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http://www.cnn.com/2013/01/16/health/weight-study/

This CNN article from last year is a great summative example of the information provided in Chapter 5 of Eating Right in America. Since around the 1950′s, health in America has focused heavily on the ideal body size, based on BMI and thinness. However, this trend is mainly based on socially constructed health and ideal body image paradigms in America.

This article presents the findings from a study that describe the increased risk of earlier death for obese people, but the decreased overall risk of death for obese people compared to “normally” sized people. This doesn’t make much sense, due to the fact that the risk of death for all humans is 100%–we are all going to die eventually.

The author goes on to define the differences between fatness and fitness, emphasizing the importance of exercise and being physically fit on health. They argue that thinness does not equate health and being fit will get you a lot further in life.

3 Responses to “What is more important: fitness or thinness?”

  1. melzakin says:

    http://www.aaos.org/news/aaosnow/sep13/clinical3.asp

    In discussing the stigmas related to fatness, I have been wondering about how football players fit into our society. In many ways they are a group of glorified individuals, yet by our present standards, the majority of them are overweight or even obese. If these individuals were anywhere but the playing field, they would be labelled as unhealthy and told to lose weight; yet these same people are extremely physically fit and active. Shouldn’t this be a clue that being overweight is not necessarily detrimental to one’s health?

    The above article discusses the implications of having larger and larger athletes. In my opinion, football linemen, even though overweight (according to BMI), are healthy people. However, this article describes how being an athlete and being overweight can have negative health implications. I feel like this article focuses on the size of the athletes, versus their overall health and fitness, something that many people are inclined to do.

  2. leahlanghans says:

    I thought this article was very interesting. The negative health implications of being an overweight athlete certainly make sense, but I agree with you that overall health an fitness are somewhat overlooked. I know as for myself, I tend to equate overall health and fitness with what people are capable of doing. Whether that be on the playing field, in the swimming pool, or on the track, I am not inclined to believe that professional or olympic athlete is under any circumstances “overweight.”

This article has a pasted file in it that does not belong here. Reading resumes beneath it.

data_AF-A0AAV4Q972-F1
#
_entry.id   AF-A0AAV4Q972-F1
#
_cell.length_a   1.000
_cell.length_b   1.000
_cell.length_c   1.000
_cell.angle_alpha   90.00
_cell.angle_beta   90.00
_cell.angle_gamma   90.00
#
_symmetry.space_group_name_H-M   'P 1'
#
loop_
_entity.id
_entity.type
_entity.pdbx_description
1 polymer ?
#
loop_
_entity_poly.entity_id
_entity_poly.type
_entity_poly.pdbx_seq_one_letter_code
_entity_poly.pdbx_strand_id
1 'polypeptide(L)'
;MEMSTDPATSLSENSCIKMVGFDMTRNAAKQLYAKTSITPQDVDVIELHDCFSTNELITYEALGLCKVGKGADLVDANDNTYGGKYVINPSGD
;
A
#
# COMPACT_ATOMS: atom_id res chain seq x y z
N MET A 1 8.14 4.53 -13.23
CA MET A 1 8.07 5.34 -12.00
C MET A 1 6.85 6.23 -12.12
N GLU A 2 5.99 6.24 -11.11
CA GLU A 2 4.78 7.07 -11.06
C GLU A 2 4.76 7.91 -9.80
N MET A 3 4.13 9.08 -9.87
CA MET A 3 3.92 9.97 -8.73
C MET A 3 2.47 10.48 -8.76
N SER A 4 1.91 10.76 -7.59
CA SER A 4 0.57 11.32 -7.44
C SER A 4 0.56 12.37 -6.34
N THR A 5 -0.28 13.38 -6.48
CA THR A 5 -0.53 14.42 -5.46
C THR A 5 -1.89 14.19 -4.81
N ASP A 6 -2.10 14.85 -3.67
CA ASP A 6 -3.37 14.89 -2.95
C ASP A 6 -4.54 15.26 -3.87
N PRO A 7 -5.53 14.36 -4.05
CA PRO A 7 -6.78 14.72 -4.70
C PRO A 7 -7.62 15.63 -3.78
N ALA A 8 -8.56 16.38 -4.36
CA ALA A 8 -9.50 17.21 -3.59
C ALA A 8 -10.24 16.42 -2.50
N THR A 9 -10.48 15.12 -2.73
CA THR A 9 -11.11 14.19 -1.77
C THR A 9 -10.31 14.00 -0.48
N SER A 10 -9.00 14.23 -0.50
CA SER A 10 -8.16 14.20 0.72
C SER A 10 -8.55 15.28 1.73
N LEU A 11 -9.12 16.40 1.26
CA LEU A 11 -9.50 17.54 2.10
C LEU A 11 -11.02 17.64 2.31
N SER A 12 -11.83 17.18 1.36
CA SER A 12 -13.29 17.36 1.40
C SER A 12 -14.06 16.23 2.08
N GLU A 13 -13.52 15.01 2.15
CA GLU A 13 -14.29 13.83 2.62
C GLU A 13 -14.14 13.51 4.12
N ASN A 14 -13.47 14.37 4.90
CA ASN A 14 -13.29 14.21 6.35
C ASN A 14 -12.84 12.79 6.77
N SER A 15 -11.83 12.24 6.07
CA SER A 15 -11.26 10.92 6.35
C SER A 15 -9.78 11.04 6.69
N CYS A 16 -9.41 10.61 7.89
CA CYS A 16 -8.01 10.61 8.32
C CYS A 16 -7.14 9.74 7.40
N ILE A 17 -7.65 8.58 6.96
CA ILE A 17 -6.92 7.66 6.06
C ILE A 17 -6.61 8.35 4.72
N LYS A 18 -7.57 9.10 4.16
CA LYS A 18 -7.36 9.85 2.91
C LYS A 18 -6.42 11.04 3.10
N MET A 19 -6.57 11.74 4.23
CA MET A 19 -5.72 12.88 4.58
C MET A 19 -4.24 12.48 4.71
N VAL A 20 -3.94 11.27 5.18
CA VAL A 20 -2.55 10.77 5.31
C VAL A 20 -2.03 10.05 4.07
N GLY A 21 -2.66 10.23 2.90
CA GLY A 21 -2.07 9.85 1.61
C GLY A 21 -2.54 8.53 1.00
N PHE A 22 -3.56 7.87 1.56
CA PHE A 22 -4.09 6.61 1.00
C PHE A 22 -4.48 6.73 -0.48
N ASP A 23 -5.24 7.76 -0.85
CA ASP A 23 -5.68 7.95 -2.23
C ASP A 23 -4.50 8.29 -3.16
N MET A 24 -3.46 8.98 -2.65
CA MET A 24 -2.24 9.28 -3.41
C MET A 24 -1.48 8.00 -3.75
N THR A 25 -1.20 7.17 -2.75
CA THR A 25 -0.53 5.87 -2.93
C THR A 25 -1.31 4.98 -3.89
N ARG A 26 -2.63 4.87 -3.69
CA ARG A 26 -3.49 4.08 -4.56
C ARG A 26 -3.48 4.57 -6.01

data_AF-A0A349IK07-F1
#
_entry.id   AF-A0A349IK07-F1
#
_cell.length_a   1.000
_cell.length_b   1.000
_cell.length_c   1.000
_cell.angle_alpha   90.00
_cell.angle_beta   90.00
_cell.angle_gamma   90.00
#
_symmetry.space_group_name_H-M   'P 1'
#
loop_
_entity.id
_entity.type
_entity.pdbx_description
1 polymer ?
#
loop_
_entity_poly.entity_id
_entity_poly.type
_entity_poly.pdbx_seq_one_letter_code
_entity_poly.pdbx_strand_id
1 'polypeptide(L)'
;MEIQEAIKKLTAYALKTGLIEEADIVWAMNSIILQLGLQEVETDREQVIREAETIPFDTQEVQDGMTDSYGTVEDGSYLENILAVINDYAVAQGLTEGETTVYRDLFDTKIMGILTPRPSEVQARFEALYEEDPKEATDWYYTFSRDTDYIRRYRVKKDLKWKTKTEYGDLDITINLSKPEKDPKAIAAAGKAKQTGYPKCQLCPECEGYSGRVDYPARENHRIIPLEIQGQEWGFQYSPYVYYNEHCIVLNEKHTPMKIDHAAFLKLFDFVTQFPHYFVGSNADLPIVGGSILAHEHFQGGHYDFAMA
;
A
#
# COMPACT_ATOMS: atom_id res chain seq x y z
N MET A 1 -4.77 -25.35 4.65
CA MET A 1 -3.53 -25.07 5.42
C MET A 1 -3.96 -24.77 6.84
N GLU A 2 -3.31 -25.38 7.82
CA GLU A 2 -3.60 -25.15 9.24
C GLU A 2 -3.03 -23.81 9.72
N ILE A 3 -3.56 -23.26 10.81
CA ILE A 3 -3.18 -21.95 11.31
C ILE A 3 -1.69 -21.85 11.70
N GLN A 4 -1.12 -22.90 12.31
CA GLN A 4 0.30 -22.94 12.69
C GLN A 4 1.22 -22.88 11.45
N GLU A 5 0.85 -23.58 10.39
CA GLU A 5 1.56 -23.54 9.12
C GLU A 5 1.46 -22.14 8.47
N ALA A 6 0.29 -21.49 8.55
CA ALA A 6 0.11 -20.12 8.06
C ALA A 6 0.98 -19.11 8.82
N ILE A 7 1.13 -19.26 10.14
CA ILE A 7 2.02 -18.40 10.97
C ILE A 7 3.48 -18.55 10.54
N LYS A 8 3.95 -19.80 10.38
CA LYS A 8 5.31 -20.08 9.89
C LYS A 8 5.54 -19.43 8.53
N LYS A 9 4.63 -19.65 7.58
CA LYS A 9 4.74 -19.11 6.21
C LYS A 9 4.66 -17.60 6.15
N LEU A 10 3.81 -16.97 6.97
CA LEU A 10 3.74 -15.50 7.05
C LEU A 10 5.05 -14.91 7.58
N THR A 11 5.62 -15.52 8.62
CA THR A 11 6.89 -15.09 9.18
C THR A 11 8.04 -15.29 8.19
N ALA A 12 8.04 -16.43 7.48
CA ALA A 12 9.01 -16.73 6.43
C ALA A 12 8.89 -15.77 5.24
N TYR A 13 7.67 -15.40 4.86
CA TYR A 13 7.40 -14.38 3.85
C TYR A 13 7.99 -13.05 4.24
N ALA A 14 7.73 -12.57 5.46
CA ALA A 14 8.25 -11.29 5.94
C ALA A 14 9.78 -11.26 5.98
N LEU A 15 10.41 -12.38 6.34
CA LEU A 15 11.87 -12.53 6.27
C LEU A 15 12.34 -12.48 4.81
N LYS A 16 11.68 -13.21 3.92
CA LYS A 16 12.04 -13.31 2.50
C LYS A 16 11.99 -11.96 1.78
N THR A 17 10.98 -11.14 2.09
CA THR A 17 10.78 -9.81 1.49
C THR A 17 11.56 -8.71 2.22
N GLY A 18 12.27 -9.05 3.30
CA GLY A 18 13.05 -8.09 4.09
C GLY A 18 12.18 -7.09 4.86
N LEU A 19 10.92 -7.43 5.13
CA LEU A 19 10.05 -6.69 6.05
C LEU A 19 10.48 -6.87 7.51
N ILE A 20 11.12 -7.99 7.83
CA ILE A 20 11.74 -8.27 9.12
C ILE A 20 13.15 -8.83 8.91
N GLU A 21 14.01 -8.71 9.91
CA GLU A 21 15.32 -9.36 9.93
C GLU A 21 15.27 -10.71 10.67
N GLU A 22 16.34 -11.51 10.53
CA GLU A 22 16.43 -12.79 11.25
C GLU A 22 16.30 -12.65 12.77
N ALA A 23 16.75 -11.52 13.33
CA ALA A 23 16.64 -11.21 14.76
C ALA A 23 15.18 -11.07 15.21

I think a good example of this is Lolo Jones. Jones competed as a track athlete in the 2012 summer olympics and as a bobsled athlete in the 2014 winter olympics. In between that time she went from 133 pounds to 161 pounds gaining a total of 28 pounds, something almost unheard of by such elite athletes. However, this weight gain (most of it muscle mass) was essential to her new sport, and by no means did it slow her down.

  3. alimeisel says:

    Of course, this article reminded me of what we’ve been talking about in class, but it also made me question the intelligence of people all across America. Personally, I take health advice from my doctor and pretty much no one else. When people try to lose weight because it’s “in,” I see that as a fad, but when we start bouncing back and forth between what’s correct and what’s made up, I don’t understand why we don’t all abandon these cites and go speak with a doctor. While science might not be able to tell us what leads to heart problems and what exactly causes early death, doctors know the signs of disease and can suggest treatments to reverse these signs. Of course, prevention is as important as treatment, but I wish we as Americans didn’t underestimate the reality that each individual is different, and a CNN article just might not hold all the answers for you.

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